Professor Henrique Saraiva, our GMI in Dublin, Ireland, where he leads the Irish branch of Carlson Gracie, had already packed to return to Brazil when he stopped to watch José Also fight Conor McGregor. When that punch by the Irishman landed, Henrique knew: it was time to stick the flag firmly on Irish soil and try to surf the tsunami the UFC was about to send.
In the exclusive interview below, the black-belt told of his main lessons and difficulties until building a successful dojo in the land of Bono Vox and James Joyce.
GRACIEMAG: Do you still remember your first time on the mat?
HENRIQUE SARAIVA: I started out at the gym at four years old, and one of my first memories is of my first championship, at six. My dad put me there just to do a self-defense presentation before the event began, but the curious part was that my tiny opponent didn’t want to fight me. I had to fight a much bigger boy than me, but wound up winning, and something like that always stays with us — the first time we beat someone bigger.
Pure BJJ. And when did you realize you wanted to life for and off the sport?
Teaching BJJ has always been my passion. I started early, in the blue belt, in 1999. These days I get to live doing what I like here in Europe, and most important: each teacher here is someone helping develop BJJ across the planet. So we have a cool job that is also a cool mission.
Why did you choose Ireland to teach in?
I came here to spend three months and saw loads of potential for development — from the organizing of competitions, body of refereeing, and even the number of gyms, which was much smaller than when I got here. One day before my ticket to Brazil, I stopped to watch on TV UFC 194, held in Vegas on December 12, 2015 — Conor McGregor vs. José Aldo. When McGregor got the knockout, I automatically imagined that Ireland would become the country of the hour in Europe. MMA exploded, and consequently BJJ would follow. And so I decided to stick around.
And what was the biggest obstacle in establishing an academy in Ireland?
I believe adapting to the language and culture is always the hardest. But with BJJ exploding here, I knew it was just a matter of time for my work to make an impression. I started focusing on teaching children here, because few gyms pay full attention to this. And it’s also the future of BJJ.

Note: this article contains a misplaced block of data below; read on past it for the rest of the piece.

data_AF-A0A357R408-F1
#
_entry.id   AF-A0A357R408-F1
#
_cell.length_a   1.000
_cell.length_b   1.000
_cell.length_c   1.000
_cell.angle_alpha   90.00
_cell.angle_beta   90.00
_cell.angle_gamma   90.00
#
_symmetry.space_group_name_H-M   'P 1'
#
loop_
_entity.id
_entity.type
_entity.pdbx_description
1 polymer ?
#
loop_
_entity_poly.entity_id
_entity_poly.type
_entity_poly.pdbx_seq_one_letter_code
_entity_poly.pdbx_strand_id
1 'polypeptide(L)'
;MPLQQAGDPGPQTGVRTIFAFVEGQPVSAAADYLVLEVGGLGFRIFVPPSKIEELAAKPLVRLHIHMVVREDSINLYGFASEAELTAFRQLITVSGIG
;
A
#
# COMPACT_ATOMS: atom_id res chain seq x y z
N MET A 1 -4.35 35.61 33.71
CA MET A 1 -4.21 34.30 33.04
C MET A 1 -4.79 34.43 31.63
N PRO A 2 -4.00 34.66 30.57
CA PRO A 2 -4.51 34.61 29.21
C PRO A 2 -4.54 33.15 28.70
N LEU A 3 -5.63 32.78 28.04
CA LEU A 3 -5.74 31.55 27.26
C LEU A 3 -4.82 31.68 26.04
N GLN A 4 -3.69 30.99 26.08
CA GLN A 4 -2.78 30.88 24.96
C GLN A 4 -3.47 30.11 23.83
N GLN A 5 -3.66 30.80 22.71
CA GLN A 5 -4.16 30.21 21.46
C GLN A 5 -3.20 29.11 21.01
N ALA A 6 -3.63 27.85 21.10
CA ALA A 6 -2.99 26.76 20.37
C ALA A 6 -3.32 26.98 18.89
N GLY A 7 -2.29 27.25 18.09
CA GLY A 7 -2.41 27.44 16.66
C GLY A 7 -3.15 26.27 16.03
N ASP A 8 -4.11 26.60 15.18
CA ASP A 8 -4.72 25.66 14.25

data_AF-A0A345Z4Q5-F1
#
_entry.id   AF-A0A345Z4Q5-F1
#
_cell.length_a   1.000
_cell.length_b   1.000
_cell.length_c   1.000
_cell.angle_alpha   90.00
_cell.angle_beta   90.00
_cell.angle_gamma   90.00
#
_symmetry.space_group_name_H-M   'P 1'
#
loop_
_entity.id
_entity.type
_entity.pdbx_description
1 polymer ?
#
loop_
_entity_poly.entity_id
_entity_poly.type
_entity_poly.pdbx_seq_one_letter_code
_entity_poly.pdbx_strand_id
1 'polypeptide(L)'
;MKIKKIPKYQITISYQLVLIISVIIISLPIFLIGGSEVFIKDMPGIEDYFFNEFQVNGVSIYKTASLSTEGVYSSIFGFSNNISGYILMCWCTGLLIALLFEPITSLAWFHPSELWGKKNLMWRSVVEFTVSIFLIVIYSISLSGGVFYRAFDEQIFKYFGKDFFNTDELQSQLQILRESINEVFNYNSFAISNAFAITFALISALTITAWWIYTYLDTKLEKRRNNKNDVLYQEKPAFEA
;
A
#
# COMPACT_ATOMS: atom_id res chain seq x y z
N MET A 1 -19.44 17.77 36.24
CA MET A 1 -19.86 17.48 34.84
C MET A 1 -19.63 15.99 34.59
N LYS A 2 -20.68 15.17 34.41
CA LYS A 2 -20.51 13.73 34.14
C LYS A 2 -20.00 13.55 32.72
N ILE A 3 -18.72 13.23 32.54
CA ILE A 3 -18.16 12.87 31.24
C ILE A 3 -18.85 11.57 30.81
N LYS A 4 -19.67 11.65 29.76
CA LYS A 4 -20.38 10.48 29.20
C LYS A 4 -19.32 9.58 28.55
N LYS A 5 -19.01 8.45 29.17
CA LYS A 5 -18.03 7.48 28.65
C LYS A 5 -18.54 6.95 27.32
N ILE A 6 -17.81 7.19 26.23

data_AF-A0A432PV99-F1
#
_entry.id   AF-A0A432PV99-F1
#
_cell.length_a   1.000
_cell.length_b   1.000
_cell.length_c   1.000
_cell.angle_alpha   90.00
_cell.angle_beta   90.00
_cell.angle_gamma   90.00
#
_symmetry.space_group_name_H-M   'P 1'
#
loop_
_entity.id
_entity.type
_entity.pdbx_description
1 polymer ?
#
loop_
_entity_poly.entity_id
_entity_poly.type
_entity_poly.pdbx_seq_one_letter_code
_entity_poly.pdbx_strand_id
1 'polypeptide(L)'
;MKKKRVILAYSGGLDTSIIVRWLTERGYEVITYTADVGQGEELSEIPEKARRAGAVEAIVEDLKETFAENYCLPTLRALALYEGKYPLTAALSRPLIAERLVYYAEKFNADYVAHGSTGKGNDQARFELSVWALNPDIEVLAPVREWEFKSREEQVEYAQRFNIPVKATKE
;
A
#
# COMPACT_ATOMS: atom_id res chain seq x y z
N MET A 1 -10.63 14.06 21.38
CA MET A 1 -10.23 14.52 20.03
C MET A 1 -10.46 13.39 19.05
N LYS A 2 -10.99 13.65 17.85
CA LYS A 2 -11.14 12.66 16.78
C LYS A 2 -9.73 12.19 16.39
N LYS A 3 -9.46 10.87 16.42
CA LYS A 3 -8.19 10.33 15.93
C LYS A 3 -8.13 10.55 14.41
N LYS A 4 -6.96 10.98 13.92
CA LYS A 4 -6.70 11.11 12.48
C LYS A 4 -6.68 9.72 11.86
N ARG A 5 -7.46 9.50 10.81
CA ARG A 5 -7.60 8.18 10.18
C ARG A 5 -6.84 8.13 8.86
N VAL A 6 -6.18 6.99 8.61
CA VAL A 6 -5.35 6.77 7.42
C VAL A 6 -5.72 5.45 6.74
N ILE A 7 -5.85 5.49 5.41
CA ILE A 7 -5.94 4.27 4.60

The IBJJF’s European Championship is a very big, popular event — perhaps the biggest in number of athletes these days. Are there any interesting rivalries between nations?
I believe that, even due to the culture of BJJ, the rivalries are still bigger between teams than nations. But one pretty interesting thing I noticed was that all Irish athletes support each other when the Euros roll around, despite being from different teams, and they take advantage of the IBJJF event to train together weeks before, and even during the championship. A very nice behavior, and one that shows the camaraderie of BJJ throughout the planet.
What does the growth of BJJ look like in Ireland right now?
There was a quick burst of growth, and now the sport is getting very organized. With the arrival of the IBJJF Opens last year, the events took an important step towards professionalization — of the tournaments, of the referees, and also of the true teaches, who became more highly valued. In championships, it’s evident who teaches good technique. I’ve been doing what I can and I’m sure I’m a part of the history of the development of BJJ in Europe.
So Conor’s success was decisive to the expansion of BJJ.
Yes, it helped with this whole MMA explosion and consequently BJJ. But the organization that the IBJJF is bringing to the country is even more valuable, because this will bring a much greater effect in a few years.
You are a reader of ours ever since we were a tabloid here in Rio de Janeiro. Any lesson or piece that left a mark?
My favorite pieces are the interviews with athletes and masters, because they inspire the reader to give their best, and bring lessons of life and tenacity. The athletes inspire due to the moment they’re living, and the masters due to their story of like and dedication to the gentle art. Thank you, Graciemag, for this opportunity to divulge my work.